The major finding of this study is that connection to the land, which is strongly embedded in the literature on Indigenous peoples and acknowledged as part of Indigenous culture and cosmology, may also be a factor that enhances the resilience of non-Indigenous people who have built up a relationship with the land over time.
A participatory action research design was chosen for this study which aimed to identify individual and community resilience factors in a community. Individuals identified by a network of community service providers as being particularly resilient The article continues to report on the factors identified that impact on the individual resilience of rural people.
Analysis of the qualitative data surrounding individual resilience revealed several themes: These are social networks and support; positive outlook; learning; early experiences; environment and lifestyle; infrastructure and support services; sense of purpose; diverse and innovative economy; embracing differences; beliefs; and leadership.
Related theory in the community development and social impact assessment literature provides insight into qualities and assets of communities that enable them to develop effectively or to adapt to major changes. This article reports the components of community and individual resilience identified through a participatory action research study within a rural Australian community.
The findings extend from previous research by recognizing environmental and economic factors, infrastructure and support services, as enhancing resilience, and expand the limited evidence base for those wishing to promote resilience at the community scale.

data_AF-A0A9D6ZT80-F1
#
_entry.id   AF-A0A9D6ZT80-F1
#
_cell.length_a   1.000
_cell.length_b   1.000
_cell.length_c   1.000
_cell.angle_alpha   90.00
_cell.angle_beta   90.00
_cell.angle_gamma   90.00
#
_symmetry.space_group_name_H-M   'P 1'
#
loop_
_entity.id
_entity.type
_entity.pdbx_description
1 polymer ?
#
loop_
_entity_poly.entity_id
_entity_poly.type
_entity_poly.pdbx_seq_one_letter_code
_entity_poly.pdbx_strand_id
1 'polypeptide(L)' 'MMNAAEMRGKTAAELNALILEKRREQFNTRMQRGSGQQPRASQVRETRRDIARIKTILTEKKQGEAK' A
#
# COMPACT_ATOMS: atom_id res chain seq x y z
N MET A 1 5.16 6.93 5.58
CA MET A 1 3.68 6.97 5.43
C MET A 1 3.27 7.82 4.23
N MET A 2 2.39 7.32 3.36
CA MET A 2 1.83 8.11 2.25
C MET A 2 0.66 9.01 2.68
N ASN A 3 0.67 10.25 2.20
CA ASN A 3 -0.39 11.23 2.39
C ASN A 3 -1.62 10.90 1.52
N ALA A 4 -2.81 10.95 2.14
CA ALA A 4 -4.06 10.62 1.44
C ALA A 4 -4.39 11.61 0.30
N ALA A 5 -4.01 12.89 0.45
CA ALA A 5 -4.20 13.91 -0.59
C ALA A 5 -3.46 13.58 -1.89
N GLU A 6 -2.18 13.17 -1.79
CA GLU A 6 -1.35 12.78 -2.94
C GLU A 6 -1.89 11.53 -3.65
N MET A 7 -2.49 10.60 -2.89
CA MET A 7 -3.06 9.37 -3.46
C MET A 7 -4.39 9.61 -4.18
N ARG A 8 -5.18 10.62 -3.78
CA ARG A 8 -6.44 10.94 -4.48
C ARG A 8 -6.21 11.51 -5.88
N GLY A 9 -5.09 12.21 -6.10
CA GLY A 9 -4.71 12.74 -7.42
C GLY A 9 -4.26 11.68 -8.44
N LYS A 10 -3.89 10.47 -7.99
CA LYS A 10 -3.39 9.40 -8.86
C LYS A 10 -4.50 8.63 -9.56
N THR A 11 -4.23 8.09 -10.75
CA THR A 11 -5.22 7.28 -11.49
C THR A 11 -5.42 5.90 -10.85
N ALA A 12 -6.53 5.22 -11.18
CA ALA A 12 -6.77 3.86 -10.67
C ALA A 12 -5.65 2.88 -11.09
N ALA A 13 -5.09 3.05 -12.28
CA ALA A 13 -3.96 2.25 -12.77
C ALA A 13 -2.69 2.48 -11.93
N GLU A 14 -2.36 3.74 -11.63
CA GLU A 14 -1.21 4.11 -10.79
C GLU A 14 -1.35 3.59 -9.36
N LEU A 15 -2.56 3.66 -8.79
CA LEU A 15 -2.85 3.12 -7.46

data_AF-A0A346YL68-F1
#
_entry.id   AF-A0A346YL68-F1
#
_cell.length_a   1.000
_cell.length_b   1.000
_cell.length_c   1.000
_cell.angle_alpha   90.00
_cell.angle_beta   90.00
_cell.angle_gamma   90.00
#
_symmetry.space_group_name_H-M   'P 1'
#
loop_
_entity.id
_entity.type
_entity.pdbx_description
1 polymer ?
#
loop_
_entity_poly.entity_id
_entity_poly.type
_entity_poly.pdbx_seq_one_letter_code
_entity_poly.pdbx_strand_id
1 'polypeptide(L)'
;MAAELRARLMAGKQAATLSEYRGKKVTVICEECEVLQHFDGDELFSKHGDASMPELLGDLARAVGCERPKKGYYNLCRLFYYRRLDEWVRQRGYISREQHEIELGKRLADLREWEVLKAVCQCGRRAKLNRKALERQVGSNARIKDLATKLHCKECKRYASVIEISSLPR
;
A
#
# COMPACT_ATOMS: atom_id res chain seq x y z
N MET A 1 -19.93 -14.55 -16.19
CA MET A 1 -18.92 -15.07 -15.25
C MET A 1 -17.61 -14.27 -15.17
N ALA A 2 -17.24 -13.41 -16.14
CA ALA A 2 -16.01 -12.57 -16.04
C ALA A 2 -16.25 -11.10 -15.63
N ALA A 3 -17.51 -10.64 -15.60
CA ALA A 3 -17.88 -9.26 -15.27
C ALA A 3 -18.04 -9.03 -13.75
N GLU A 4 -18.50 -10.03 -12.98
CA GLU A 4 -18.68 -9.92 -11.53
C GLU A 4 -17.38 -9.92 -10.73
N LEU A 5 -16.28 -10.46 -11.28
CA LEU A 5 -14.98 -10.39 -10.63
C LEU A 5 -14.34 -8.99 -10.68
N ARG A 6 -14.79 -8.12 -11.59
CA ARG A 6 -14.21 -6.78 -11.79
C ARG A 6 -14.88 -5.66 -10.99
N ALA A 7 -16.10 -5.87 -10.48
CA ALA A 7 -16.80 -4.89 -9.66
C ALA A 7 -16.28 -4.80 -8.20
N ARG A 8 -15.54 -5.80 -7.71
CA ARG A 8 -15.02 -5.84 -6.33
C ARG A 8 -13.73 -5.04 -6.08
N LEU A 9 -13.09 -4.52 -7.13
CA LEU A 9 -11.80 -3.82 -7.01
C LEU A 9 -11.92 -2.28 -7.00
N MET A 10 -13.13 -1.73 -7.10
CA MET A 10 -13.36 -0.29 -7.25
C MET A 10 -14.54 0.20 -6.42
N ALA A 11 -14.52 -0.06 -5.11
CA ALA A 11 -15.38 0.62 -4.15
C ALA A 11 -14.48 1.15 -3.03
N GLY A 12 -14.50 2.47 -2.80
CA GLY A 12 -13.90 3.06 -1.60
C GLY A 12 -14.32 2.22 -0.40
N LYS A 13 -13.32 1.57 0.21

These components entail interactions between individuals, the community, infrastructure, the environment and the economy in the process of building resilience.
The study recognized that not all members of the community were resilient; clearly there are more and less resilient groups within this community. Phase 3 involved the design, trailing, and evaluation by community members of the resilience toolkit based on resilience concepts identified in phase 2.
A focus in the project was to identify vulnerable as well as resilient elements in individuals and the community, with an emphasis on identifying and then using existing individual, group and community resilience as standards for those who are less resilient.
Additionally, it was acknowledged that resilience was not a steady state within an individual. The purpose of the study was to develop, implement and evaluate a model that brings increased psychological wellness in rural people and communities.
The break down added up to eleven major concepts identified: The study is being undertaken in three phases. The extent of this connection and its impact on individual and community resilience was, however, not established in this study, but should also be a major focus of future research.
Tell us what you need to have done now!The components of resilience – perceptions of an Australian rural community Prof.
Helen Ross, Elizabeth Buikstra, Peter Baker, Dr Christine King, Kathryn Mclachlan, Cath Rogers-Clark, Desley Hegney In the article “The Components of Resilience – Perceptions of an Australian Rural Community” reports the results of a study into community and individual resilience in rural Australians.
The components of resilience—Perceptions of an Australian rural community This study was funded by an Australian Research Council Linkage Grant. Abstract. Resilience, of individuals, is a well-established concept in the psychology/mental health literatures, but has been little explored in.
Resilience, of individuals, is a well‐established concept in the psychology/mental health literatures, but has been little explored in relation to communities. The components of resilience - perceptions of an Australian rural community Buikstra, Elizabeth and Ross, Helen and King, Christine A.
and Baker, Peter G. and Hegney, Desley and McLachlan, Kathryn and Rogers-Clark, Cath () The components of resilience - perceptions of an.
Request PDF on ResearchGate | The components of resilience—Perceptions of an Australian rural community | Resilience, of individuals, is a well-established concept in the psychology/mental.
Four Key Components of Resiliency Posted on September 9, by Sean Essex “If there’s a word people in the top ranks of human capital are buzzing about these days, it’s resilience.Download